Many immigrant workers do not get help from the Norwegian Labour and Welfare Administration (NAV) but become dependent on help from charities once their employment contracts expire.
“Many migrants from Eastern Europe come to Norway on short-term contracts. When their contracts expire, they are sent from one government agency to another. They often end up without either employment income or public welfare benefits.”
This is what Katrine Mayora Synnes says. She has a background in NAV and in the National Police Immigration Service in Kristiansand. She recently defended her doctorate at the University of Agder on unemployed Polish migrants' encounter with the Norwegian welfare state.
Synnes interviewed many unemployed Polish migrants. She interviewed 11 of them separately. She also did a group interview with 10 people. In addition, she interviewed 14 NAV employees.
The researcher discovered that many of her interview subjects were entiltled to welfare benefits in the past but had failed to apply for them. Many were not even aware they had such rights.
“Many of them could not speak Norwegian, they had little knowledge of how the bureaucracy works and often had weak digital skills. They had difficulty finding out what they were entitled to and how to go about accessing it,” Synnes says.
To be entitled to unemployment benefits, you must register as a job seeker as soon as you lose your job. The unemployed migrants lived on their savings instead, convinced that they would soon find work. When they remained unemployed over time, they lost their rights to unemployment benefits.
“The people I interviewed had been in formal employment over a long period of time. But when they lost their jobs and became unemployed for the long term, they spent all their savings. Many of them became homeless. All of them were dependent on help from charities,” Synnes says.
Migrants looking for work must in principle register with the police no later than three months after they arrive in the country. Several of those interviewed by Synnes had never registered, and there are no official figures on the size of this group.
The researcher met many of the unemployed Polish migrants through charities that distribute food to the poor.
“Based on the contact with these charities, I got the impression that this marginal group is largest in eastern Norway. It’s difficult to say how many are in this position, but many charities say that more and more Eastern European migrants are asking for help,” Synnes says.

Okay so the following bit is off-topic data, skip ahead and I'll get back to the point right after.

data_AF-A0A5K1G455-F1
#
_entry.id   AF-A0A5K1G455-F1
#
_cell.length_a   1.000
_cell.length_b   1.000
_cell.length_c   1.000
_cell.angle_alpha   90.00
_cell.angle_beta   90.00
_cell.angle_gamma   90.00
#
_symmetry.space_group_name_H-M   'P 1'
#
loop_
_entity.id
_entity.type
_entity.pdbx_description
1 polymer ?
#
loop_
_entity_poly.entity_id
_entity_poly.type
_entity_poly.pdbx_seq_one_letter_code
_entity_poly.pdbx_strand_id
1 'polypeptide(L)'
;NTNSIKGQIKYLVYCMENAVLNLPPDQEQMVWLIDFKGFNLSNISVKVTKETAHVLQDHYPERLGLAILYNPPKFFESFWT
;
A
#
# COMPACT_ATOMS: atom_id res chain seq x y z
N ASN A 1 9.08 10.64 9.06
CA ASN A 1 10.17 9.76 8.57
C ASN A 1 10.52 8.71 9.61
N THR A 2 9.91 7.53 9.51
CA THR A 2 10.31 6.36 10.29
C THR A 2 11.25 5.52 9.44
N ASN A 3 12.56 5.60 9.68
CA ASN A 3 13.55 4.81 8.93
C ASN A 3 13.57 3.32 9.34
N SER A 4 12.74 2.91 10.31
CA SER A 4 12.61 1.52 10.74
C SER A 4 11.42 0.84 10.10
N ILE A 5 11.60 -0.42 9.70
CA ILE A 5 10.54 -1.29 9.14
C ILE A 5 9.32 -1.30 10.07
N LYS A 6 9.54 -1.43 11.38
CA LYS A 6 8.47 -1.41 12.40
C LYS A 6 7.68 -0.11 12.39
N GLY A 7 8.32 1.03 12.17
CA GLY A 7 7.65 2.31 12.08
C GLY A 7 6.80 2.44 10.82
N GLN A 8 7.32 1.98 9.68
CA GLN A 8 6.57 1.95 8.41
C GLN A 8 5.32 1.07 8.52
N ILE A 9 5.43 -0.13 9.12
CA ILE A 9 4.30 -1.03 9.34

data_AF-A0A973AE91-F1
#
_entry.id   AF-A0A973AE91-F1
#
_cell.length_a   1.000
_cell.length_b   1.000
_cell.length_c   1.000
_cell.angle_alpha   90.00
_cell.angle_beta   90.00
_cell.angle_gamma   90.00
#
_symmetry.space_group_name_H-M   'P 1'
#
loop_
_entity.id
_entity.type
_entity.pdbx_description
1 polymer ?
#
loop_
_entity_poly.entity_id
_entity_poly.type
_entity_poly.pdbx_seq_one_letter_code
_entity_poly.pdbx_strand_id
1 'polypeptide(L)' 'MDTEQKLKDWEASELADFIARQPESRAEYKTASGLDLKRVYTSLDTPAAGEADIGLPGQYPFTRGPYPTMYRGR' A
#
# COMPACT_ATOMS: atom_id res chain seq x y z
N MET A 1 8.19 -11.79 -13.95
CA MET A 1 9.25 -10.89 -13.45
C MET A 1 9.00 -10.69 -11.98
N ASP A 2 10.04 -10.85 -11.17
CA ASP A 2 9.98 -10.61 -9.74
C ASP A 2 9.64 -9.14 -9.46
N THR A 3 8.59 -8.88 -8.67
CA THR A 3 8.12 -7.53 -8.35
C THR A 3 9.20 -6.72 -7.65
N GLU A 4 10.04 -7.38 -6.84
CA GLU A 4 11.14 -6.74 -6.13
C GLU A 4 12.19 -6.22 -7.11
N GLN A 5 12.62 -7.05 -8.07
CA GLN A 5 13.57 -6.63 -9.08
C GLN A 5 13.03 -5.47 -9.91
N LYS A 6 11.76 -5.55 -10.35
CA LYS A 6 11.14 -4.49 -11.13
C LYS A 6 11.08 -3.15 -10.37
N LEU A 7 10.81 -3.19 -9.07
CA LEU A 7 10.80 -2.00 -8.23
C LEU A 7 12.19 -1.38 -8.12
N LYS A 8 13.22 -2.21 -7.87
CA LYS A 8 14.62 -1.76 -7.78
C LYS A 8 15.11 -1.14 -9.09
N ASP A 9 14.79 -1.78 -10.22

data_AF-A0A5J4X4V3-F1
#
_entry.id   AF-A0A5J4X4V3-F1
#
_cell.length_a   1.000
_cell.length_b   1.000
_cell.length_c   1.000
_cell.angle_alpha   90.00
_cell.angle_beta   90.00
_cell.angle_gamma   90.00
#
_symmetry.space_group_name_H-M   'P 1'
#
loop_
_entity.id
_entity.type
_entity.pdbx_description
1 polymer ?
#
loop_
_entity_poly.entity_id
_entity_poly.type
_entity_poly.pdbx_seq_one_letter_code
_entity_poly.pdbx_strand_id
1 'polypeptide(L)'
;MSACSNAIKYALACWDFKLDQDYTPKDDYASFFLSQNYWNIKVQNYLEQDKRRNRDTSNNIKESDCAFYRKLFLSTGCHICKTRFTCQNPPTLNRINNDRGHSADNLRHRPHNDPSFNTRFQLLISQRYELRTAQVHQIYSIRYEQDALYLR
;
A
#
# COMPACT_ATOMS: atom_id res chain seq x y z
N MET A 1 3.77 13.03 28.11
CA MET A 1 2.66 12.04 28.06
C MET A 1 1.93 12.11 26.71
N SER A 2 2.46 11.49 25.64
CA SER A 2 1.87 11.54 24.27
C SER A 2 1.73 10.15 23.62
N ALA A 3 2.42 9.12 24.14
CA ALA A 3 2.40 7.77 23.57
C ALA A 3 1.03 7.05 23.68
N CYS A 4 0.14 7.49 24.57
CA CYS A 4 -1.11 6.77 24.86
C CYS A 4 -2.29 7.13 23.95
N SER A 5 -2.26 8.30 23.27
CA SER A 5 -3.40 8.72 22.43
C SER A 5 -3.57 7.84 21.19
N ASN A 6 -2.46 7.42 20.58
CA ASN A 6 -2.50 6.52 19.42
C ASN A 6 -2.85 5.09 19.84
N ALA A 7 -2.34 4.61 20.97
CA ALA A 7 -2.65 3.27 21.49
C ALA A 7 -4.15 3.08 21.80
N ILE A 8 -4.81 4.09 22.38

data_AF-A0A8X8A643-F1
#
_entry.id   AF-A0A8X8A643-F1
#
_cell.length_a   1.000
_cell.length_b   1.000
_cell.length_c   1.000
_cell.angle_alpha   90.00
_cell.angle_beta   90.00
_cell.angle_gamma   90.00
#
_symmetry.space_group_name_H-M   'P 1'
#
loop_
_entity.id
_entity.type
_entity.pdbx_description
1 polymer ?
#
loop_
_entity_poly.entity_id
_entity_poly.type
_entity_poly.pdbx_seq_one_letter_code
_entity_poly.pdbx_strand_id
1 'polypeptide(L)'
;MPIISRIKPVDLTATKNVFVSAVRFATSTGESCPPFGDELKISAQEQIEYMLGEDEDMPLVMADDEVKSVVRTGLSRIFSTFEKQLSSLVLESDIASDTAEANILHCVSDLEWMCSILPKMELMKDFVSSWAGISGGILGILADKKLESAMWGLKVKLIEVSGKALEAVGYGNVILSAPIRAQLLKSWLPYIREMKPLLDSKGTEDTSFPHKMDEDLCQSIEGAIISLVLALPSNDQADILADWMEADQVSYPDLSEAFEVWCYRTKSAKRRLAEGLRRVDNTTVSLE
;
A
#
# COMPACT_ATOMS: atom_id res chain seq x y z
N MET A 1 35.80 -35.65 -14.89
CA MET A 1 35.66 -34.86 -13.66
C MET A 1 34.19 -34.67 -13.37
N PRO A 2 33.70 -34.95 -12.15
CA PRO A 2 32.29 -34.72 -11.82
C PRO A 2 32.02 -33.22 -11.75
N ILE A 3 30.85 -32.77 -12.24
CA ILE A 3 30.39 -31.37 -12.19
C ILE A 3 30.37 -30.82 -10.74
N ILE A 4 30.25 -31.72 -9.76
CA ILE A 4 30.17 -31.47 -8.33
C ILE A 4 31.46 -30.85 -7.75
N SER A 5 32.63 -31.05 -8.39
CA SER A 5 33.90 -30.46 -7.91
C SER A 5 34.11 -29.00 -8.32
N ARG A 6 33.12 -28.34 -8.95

At NAV offices, the group of Polish migrants was largely seen as temporary labourers. They were assumed to have strong ties to Poland and a home to return to.
Although this may be true for some, it was not so for the people Synnes spoke to.
“The group I spoke to left Poland many years ago and lost contact with their family and network. They have no home to return to and cannot claim benefits in Poland either. Many of them felt they had a better chance of getting back on their feet in Norway,” she says.
In order for EU citizens to be entitled to social security benefits in Norway, their connection to Norway needs to be individually assessed, among other things. The researcher says that many NAV employees are restrictive towards unemployed Polish migrants.
“Many NAV employees considered that Eastern Europeans who do not speak Norwegian do not have a strong connection to Norway. They thought it would be better for them to return to their country of origin, since they weren’t entitled to benefits in Norway anyway,” Synnes says.
Without the entitlement to unemployment, sickness or social security benefits, many in this group fall outside the welfare safety net. But Synnes also sees the challenges facing NAV.
“The regulations around this are very complex and difficult to understand. It is both diffuse and ambivalent. I did the interviews before the social security scandal, so NAV employees today may receive more training on EEA regulations,” she says.
Several in the group Synnes spoke to had approached NAV to ask for help but felt so humiliated that they gave up in the end. Many of them had tried to visit local NAV offices but were told to use online solutions.
“This seems to be an important factor in their marginalisation. They were met with closed doors, and it became impossible for them to navigate the system on their own,” Synnes says.
The fact that they were asked why they didn’t return to Poland also made them feel like a type of labourer that was no longer needed.
“They all felt that they were not wanted. They were never considered citizens, Norway just wanted them to leave when they no longer had a job. It was painful for them to experience rejection in this way,” Synnes says.
Some of them said that they preferred to fend for themselves no matter what it took, whether working undeclared or seeking charity. In any case, they did not want to resume contact with NAV.